From the twelfth century in Umbria, as in the rest of Italy, it was mostly the monastic orders to give new impetus and new life to the cultivation of olive trees and olive oil production, the use and consumption had been poor for all the early Middle Ages because of the numerous destruction suffered from the countryside, which had led to a consequent impoverishment of olive groves.
Olive oil returned after the Roman period, to be a valuable product from countless functions; thanks to it the lights were lit on the sacred altars and never failed in the most important religious rituals, as confirmation and extreme unction.
Unlike the ancient Roman cuisine, which had been a key element, the oil was not among the leading food gastronomy of the Middle Ages, since far more expensive than other fat certainly less healthy but cheap such as lard and lard; the oil useful in many circumstances, it imposed a use rather thrifty. The monks also used as a medicine because of its miraculous soothing, decongestant, moisturizing and nourishing. It seems that it was used to treat the headache and scabies, annoying contagious disease of the skin at the time very frequent, but also to counteract alopecia and dandruff. Among the many natural remedies, the oil was used together with wine as a medicine, called Balsam of Samaritan, was used for burns and to soothe the pain of ulcers; but they were known since ancient times for their healthful effects: soothing the wounds the oil prevented them from drying out, and its action was added that a little wine bactericidal.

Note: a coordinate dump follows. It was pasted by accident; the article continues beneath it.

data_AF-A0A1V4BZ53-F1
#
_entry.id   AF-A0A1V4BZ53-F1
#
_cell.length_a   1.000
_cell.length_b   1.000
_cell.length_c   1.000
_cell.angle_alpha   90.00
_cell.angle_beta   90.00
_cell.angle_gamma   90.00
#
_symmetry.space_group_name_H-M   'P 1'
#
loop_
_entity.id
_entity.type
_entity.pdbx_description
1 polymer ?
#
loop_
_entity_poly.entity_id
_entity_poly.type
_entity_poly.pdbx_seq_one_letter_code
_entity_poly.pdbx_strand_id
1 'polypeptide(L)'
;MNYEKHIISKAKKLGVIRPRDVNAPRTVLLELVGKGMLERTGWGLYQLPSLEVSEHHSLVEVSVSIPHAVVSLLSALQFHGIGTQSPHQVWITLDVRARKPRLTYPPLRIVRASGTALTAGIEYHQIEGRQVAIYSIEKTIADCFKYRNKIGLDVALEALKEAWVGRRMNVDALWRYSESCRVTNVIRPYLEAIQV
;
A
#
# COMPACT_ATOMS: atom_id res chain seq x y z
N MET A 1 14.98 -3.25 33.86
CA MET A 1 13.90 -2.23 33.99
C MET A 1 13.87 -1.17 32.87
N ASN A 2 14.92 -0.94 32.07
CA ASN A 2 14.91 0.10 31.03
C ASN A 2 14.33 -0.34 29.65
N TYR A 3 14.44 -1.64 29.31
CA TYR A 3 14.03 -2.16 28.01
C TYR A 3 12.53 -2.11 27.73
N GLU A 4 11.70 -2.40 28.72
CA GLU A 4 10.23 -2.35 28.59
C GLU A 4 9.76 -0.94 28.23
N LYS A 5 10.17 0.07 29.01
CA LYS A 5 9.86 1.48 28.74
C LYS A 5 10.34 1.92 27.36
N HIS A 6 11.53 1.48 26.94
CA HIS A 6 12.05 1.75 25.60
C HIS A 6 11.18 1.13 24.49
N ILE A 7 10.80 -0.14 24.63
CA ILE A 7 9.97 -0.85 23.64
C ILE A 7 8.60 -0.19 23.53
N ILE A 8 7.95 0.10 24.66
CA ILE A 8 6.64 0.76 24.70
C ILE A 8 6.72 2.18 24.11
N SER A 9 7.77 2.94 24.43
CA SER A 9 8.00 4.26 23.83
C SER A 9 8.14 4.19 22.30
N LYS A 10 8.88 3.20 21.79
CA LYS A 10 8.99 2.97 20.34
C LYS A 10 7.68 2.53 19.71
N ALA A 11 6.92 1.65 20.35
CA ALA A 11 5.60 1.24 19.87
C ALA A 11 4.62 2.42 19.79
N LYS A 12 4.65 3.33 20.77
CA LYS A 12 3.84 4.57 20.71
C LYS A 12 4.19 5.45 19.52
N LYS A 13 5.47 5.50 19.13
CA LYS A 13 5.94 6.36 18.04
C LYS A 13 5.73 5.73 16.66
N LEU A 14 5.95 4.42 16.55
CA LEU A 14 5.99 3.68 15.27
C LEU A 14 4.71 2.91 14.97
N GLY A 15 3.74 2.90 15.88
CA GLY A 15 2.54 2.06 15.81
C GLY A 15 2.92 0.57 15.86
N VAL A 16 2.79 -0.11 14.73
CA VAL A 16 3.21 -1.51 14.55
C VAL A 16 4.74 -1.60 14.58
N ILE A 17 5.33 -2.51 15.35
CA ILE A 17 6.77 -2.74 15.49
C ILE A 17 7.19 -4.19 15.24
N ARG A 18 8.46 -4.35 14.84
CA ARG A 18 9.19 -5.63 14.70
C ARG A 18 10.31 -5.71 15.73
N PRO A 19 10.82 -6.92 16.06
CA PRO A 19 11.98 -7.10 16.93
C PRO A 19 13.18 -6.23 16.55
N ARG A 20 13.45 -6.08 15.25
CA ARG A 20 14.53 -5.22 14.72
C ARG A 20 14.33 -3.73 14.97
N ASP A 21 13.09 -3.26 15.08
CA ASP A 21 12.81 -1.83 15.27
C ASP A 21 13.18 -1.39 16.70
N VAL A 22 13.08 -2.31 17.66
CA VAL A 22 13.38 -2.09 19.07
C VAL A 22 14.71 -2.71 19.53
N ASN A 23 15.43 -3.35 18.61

The Benedictine monks of San Felice was no less so; faithful to their rule “ora et labora”, they transplanted, to resume the cultivation of the land after a period of abandonment type of olive, called Cultivar San Felice, who has suffered taken root and spread in a few areas and producing excellent quality of olives. Augustinians then continued the agricultural vocation of the old owners; inside the abbey in fact there was a real animal traction mill which remained in use for many centuries.
The local cultivar San Felice contributes today to characterize the Dop Umbria, sub-zone “Colli Martani”, along with the Moraiolo (which is the most common variety in the hills of the region) and other cultivars such as Leccino, Frantoio, Rajo and Vocio. The combination of different varieties and microclimate particularly favorable environment guarantee the organoleptic quality and uniqueness of the oil Giano dell’ Umbria, exported, as early as the eighteenth century, in Tuscany, Emilia – Romagna and Marche.
The olive, earlier than in the past, is mostly done by hand picking, while working in the six are still active mills using modern extraction technologies, usually in a continuous cycle, to ensure continued high quality standards.